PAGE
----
Thursday, November 26, 2020 | Category: Eduvation Insider
It’s Thursday, so time for a pandemic update (I’ll stick to the most important stuff). There’s also a theme of sorts emerging from some recent stories about students under pressure (and under guard) in residences, acting out in unhealthy ways – and more generally petitioning for compassionate grading options or holiday schedules.
There’s a way in which COVID19 has brought the matter of kindness to the forefront, whether in workplaces, classrooms, communities or politics. And clearly we’re not done with it just yet…
“Be easy on yourself. Forgive yourself if you make a mistake… Give yourself permission for it not to be perfect.” – Santa Ono, President & Vice-Chancellor, UBC
I hate to jinx it by repeating preliminary good news, but the WHO says the COVID19 pandemic has “slowed down in the past week” (for new infections, but not deaths). Lockdowns in Europe appear to be having an impact, although infections in Japan and parts of North America continue to set new records. Singapore is almost virus-free, and Australia is gradually getting back to normal again. England’s lockdown will lift next week, and France will begin easing restrictions this weekend, but restaurants won’t reopen until Jan 20. Hong Kong is trying to encourage testing by offering a $650 payment to residents who test positive.
“The exponential growth of infection numbers has been stopped, the steep curve has been turned into a flattened curve – but we cannot be content with this partial success.” – Angela Merkel, Chancellor of Germany
Millions of Americans have travelled this week for Thanksgiving gatherings, despite a “coast-to-coast disaster” of skyrocketing deaths, hospitalizations and infections. (New projections suggest >20M cases by the end of January.) Overall just 21% planned to travel, but that ranged from 9% in parts of Nevada, to >60% in parts of North Carolina. A $50M national ad campaign will attempt to persuade skeptics to overcome vaccine hesitancy.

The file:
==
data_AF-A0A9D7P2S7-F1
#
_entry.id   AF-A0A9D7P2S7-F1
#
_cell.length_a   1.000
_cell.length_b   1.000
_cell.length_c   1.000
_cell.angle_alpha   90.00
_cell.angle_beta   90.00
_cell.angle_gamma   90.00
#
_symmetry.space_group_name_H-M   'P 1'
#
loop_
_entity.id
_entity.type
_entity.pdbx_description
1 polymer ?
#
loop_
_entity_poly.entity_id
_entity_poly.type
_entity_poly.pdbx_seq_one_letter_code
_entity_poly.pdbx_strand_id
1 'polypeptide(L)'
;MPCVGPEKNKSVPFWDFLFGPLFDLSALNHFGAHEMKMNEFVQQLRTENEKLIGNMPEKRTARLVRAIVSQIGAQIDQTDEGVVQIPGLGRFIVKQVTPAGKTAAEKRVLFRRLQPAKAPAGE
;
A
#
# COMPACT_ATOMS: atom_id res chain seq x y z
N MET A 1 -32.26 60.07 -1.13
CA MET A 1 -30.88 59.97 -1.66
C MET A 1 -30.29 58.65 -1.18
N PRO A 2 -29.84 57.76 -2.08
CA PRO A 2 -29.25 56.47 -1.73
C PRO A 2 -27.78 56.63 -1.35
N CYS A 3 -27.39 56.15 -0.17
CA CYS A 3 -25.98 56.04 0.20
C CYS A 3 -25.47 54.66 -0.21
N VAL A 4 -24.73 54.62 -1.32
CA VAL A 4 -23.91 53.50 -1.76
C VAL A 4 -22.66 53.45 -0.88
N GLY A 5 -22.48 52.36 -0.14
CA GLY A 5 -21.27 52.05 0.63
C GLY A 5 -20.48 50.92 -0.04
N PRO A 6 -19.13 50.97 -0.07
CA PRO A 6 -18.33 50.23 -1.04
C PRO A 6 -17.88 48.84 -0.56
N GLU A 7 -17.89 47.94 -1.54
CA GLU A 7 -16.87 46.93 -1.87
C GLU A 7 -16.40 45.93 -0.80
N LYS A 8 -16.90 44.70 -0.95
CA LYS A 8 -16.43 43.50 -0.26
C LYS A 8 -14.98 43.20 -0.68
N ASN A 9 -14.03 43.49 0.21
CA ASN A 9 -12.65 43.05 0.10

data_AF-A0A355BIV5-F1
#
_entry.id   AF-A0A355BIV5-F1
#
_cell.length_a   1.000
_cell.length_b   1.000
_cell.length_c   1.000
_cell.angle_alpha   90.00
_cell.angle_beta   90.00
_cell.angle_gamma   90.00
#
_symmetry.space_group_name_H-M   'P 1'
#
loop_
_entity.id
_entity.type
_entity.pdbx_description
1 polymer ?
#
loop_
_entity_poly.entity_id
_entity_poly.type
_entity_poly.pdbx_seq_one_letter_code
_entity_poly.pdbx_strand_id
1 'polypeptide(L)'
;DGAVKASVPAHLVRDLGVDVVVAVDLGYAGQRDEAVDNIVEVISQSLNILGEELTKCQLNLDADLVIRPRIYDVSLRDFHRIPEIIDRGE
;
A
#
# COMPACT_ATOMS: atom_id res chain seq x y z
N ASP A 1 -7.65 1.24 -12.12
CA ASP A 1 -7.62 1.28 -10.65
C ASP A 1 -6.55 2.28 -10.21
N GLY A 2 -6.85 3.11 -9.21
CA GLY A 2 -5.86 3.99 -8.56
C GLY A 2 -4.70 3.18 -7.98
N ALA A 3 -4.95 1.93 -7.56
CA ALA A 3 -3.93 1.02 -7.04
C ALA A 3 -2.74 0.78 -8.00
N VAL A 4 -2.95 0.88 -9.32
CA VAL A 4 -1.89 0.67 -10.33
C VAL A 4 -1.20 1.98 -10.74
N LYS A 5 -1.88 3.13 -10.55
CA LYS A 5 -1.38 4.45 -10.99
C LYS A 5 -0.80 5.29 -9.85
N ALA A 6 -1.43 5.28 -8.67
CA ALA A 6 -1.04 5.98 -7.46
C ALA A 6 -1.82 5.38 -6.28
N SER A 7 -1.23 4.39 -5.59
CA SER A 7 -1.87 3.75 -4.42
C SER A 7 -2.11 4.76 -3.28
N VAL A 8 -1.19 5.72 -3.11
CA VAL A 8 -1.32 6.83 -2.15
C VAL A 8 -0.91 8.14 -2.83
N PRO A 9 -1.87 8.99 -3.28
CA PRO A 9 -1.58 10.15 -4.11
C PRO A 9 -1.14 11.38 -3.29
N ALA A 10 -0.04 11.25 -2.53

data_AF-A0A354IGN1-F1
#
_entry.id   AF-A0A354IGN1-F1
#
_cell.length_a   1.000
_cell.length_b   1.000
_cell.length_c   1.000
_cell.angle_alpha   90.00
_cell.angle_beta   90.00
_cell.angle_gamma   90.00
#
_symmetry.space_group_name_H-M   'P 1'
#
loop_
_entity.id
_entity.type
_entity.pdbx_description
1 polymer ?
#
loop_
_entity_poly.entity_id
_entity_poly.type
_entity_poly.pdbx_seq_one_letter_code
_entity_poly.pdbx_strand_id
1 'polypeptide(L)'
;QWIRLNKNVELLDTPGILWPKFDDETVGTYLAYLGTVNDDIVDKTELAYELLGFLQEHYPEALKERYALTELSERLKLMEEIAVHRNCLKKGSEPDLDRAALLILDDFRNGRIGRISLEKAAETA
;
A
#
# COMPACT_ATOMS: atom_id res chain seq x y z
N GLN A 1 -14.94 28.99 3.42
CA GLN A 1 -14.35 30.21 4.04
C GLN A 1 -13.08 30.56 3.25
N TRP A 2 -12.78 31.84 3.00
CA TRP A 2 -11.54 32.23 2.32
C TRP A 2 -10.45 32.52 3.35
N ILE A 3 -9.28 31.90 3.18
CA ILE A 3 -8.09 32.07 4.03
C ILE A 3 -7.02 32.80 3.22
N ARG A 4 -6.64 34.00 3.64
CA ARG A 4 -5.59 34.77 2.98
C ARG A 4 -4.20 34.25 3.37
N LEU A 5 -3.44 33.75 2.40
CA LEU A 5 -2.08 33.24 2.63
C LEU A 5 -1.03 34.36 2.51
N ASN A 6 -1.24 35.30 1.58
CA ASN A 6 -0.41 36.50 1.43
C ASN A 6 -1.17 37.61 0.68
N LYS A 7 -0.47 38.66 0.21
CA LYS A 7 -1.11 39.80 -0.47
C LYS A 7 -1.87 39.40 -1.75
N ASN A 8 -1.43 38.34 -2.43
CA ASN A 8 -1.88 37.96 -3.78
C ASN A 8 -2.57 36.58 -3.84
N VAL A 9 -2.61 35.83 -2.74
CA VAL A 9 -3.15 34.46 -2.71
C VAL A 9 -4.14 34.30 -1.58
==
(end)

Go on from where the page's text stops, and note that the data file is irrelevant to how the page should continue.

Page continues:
Across Canada, COVID19 infections, hospitalizations and deaths are rising in most jurisdictions. The government responses to those facts, however, vary widely. With just 16 new cases, Nova Scotia shut down indoor dining at bars and restaurants yesterday. Quebec tightened up its “moral contract” for Christmas, explaining that people can attend just 2 social gatherings during the week. Saskatchewan imposed new restrictions Wednesday, including mandatory masks in schools and the suspension of sports. BC extended its state of emergency through Dec 8, including a ban on all events and social gatherings, and enforcement of mandatory masks in public indoor spaces with a $230 fine.
Yet with far worse pandemic curves, the premiers of Alberta and Ontario are enacting feeble restrictions, too little too late, more concerned about violating individual freedoms and impacting business profits than protecting frontline healthcare workers or the lives of the most vulnerable.